January 22, 2014
By Jeff Simon
Aircraft do not heal themselves. That sounds obvious, perhaps, but if you sincerely want to protect yourself, your family and your aircraft, read that sentence again and take it to heart.
As aircraft owners and/or pilots, we develop an acute ability to be “in touch” with the aircraft we fly. Sometimes it is conscious, such as when we hear a new noise or feel a vibration. Other times it can be almost subconscious, such as when we have a nagging feeling that something just isn’t right about how the aircraft is operating. Either way, it is critical that we address the situation head-on and take it upon ourselves (or our mechanic) to resolve the issue.
This can be especially challenging in cases of transient symptoms. The temptation to dismiss a symptom that has not re-occurred is firmly rooted in normal human psyche. However, there are cases where we only have one chance to recognize that a serious situation is developing. The consequences of wishful thinking in these situations can be disastrous.
Case in point: About a year ago, I was returning from a routine flight in my Bonanza. During the roll out from touchdown, I detected a faint burning smell, possibly electrical in nature. It persisted for only a few seconds and was gone by the time I turned off the runway. After shutdown, I put my nose to work trying to track down the smell. I tried on top of the panel, below the panel, in the back of the aircraft, and in the engine compartment. No smell. I flipped some switches, tested avionics, etc. to no avail. Everything appeared to be working fine and no matter what I tried, I couldn’t reproduce the smell. Thinking it might have been in my head, or caused by something external (flying over someone burning leaves, perhaps), I tied the airplane down and went home.
A few days later, I went back to the airport. The plan was to go flying, but I decided to take some of the advice I dish out on a regular basis and challenged myself to find the source of that one-time, faint smell before flying again. I ran the same tests to no avail. Then I decided to dive in head-first (literally), grabbing a flashlight and mirror and assuming the back-breaking contortions required only of circus performers and avionics technicians.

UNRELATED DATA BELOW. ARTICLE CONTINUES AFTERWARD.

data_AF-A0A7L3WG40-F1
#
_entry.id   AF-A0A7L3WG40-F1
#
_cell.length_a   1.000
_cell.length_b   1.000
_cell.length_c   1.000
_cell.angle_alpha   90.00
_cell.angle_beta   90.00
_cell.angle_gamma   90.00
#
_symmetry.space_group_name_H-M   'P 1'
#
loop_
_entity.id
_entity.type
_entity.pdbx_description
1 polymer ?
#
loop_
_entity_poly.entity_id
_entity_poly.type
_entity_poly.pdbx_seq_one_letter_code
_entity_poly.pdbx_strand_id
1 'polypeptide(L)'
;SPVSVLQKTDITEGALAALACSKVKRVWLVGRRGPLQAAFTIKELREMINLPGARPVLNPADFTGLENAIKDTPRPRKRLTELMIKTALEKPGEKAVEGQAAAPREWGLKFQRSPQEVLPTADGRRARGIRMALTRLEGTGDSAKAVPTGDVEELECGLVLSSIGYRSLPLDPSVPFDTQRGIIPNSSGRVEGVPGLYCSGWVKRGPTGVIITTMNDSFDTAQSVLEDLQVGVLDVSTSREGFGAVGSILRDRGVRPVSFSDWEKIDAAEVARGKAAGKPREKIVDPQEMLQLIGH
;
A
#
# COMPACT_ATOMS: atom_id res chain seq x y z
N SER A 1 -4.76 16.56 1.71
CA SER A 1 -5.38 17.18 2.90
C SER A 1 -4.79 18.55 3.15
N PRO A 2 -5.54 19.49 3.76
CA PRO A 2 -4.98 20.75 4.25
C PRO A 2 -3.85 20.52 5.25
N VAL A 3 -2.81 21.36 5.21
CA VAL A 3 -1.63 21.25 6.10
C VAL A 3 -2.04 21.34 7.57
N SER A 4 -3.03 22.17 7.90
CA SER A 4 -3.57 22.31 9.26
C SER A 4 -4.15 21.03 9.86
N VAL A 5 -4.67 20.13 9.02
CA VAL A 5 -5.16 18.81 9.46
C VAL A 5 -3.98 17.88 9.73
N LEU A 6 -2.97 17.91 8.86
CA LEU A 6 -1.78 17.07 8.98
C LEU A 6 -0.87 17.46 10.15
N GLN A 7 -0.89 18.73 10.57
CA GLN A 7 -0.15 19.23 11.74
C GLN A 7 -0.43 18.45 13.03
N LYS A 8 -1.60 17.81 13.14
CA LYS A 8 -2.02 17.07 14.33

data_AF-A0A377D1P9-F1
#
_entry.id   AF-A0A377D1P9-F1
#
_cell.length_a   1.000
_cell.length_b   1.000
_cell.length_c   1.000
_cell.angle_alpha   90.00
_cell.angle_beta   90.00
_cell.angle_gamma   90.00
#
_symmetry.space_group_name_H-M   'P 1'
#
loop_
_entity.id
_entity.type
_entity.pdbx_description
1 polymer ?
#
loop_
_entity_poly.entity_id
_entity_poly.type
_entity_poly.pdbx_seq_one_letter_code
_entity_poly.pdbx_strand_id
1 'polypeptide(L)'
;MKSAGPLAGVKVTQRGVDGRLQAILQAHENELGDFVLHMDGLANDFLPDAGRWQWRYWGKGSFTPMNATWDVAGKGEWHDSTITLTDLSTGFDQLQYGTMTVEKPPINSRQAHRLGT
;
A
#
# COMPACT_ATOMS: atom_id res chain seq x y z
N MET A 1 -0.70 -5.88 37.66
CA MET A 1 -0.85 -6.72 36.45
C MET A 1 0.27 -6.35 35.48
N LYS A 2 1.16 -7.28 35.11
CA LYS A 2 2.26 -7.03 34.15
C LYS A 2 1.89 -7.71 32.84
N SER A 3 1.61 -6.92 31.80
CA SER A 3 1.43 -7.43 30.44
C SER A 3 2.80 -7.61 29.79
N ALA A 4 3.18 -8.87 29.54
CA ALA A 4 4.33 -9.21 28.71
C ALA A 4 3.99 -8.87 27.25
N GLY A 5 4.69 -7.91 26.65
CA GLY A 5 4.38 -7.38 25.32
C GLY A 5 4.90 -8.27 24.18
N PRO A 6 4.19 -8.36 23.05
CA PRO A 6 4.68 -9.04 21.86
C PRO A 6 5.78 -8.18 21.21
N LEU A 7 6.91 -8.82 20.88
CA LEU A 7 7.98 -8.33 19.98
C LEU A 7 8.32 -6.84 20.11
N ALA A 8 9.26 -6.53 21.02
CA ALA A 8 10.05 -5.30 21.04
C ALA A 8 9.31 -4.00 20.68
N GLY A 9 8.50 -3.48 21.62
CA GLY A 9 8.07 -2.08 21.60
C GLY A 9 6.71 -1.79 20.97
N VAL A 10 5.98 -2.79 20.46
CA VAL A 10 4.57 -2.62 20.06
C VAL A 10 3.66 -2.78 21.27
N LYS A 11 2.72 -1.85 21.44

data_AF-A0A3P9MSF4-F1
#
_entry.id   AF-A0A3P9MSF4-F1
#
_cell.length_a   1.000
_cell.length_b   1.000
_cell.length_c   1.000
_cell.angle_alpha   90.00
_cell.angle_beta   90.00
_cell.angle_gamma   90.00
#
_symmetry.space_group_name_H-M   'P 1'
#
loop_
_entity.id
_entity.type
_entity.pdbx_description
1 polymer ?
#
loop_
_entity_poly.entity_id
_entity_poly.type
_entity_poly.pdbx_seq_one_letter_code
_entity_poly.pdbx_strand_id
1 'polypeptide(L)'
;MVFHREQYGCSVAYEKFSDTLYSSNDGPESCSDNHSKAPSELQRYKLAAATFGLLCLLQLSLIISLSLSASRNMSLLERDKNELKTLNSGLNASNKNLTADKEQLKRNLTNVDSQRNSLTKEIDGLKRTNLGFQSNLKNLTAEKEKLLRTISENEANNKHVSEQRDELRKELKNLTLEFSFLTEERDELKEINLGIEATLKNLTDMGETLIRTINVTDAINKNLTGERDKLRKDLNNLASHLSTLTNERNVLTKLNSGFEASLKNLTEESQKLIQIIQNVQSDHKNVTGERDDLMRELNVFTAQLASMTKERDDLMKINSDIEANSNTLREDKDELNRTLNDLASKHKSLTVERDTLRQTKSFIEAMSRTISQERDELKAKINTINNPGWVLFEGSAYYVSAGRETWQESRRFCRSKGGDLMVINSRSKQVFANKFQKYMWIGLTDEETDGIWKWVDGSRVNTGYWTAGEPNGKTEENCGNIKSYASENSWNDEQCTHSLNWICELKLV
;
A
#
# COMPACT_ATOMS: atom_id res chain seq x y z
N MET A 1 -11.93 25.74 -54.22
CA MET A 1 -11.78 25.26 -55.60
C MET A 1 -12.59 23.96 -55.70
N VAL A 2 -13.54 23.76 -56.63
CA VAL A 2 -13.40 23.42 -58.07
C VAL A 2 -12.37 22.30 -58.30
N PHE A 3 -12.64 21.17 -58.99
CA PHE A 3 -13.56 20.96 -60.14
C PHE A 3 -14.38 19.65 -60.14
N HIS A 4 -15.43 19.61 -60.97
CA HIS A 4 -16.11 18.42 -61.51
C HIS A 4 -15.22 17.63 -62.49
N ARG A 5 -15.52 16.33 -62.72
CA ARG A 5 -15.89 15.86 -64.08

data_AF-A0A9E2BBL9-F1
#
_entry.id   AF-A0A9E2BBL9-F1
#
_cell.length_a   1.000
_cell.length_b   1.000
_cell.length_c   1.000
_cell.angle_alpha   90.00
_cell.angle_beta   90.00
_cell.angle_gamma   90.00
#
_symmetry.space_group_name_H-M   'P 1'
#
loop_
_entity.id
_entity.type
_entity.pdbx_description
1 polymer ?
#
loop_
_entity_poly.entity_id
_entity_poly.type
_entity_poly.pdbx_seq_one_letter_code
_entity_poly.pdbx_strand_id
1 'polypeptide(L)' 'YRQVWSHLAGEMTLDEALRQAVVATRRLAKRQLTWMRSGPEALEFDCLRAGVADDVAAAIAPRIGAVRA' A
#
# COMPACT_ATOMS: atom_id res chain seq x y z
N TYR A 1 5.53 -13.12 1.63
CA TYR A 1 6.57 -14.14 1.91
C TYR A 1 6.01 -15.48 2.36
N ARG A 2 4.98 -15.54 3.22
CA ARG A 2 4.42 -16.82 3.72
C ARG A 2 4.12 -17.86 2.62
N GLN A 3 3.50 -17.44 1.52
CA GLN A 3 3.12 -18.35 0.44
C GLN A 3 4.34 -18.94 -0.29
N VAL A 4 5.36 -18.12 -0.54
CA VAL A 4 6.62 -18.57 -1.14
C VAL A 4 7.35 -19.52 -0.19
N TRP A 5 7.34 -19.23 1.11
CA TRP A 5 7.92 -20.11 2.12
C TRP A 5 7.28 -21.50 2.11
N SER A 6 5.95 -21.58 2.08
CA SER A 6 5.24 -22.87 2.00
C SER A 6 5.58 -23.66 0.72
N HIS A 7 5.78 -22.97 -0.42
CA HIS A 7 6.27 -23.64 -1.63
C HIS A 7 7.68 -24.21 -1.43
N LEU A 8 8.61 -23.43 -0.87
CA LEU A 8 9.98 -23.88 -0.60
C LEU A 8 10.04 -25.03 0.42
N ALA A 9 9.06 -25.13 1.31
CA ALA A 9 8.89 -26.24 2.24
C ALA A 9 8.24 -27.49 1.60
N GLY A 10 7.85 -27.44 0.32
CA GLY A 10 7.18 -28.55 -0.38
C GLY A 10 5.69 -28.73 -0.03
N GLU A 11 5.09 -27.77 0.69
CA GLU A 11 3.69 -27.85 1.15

With my head down around the rudder pedals, I began inspecting behind the panel while simultaneously flipping switches on the front of the panel. Still no smell; but then my fingers hit something hot enough to get my attention and the attention of anyone listening nearby. It was the main bus-bar for the lights, pitot heat, etc. It was practically red-hot. After shutting everything down and letting it cool, I found the culprit. The nut attaching the main power cable to the bus-bar was very loose. The screw connecting that thick cable and the copper bus bar had been arching, widening the attachment hole and working its way loose, causing intense heat.
The smell, it turns out, was caused by the overheating of the nylon lock-nut on the screw. It heated up until the nylon inside burned and dripped out all at once. That moment that the nylon burned out of the nut was the single opportunity to notice a problem from the pilot’s seat. Once the nylon was gone, so was the smell. The other consequence of the lost nylon was the loss of the “locking” part of the locknut. Upon inspection, the nut was already halfway down the remaining threads of the screw.
The consequences of ignoring this one-time, subtle signal could have been a complete electrical failure in-flight or much worse. The repair was simple. The theory about how the situation arose is that the cable was loosened intentionally during the replacement of all of the breaker-switches, as required by an AD, but never retightened properly. Another case of maintenance-induced failure, but I’ll leave that to a future article.
Until then, listen closely to what your aircraft is telling you…and happy flying!
Jeff Simon is an A&P mechanic, pilot, and aircraft owner. He has spent the last 14 years promoting owner-assisted aircraft maintenance as a columnist for several major aviation publications and through his how-to DVD series, The Educated Owner. Simon is also the creator of SocialFlight, the free mobile app and website that maps more than 5,000 aviation events. Free apps are available for iPhone, iPad, and Android, and on the Web at www.SocialFlight.com.
An in-depth exhaust system inspection should be done as part of the aircraft's annual inspection.
Exhaust systems are one of the few systems in our aircraft where a single point of failure can be catastrophic. Here are tips for inspecting the system for safety during every preflight. This is one area in which catching an issue on the ground can make all the difference in the world.
You should stick with someone you trust for the long-term maintenance of your aircraft assuming he or she is skilled and thorough. That said, there is significant value to getting a fresh pair of eyes on your airplane every so often.
VOLUNTEER AT AN AOPA FLY-IN NEAR YOU!
SHARE YOUR PASSION. VOLUNTEER AT AN AOPA FLY-IN. CLICK TO LEARN MORE >>>
VOLUNTEER LOCALLY AT AOPA FLY-IN! CLICK TO LEARN MORE >>>
BE A PART OF THE FLY-IN VOLUNTEER CREW! CLICK TO LEARN MORE >>>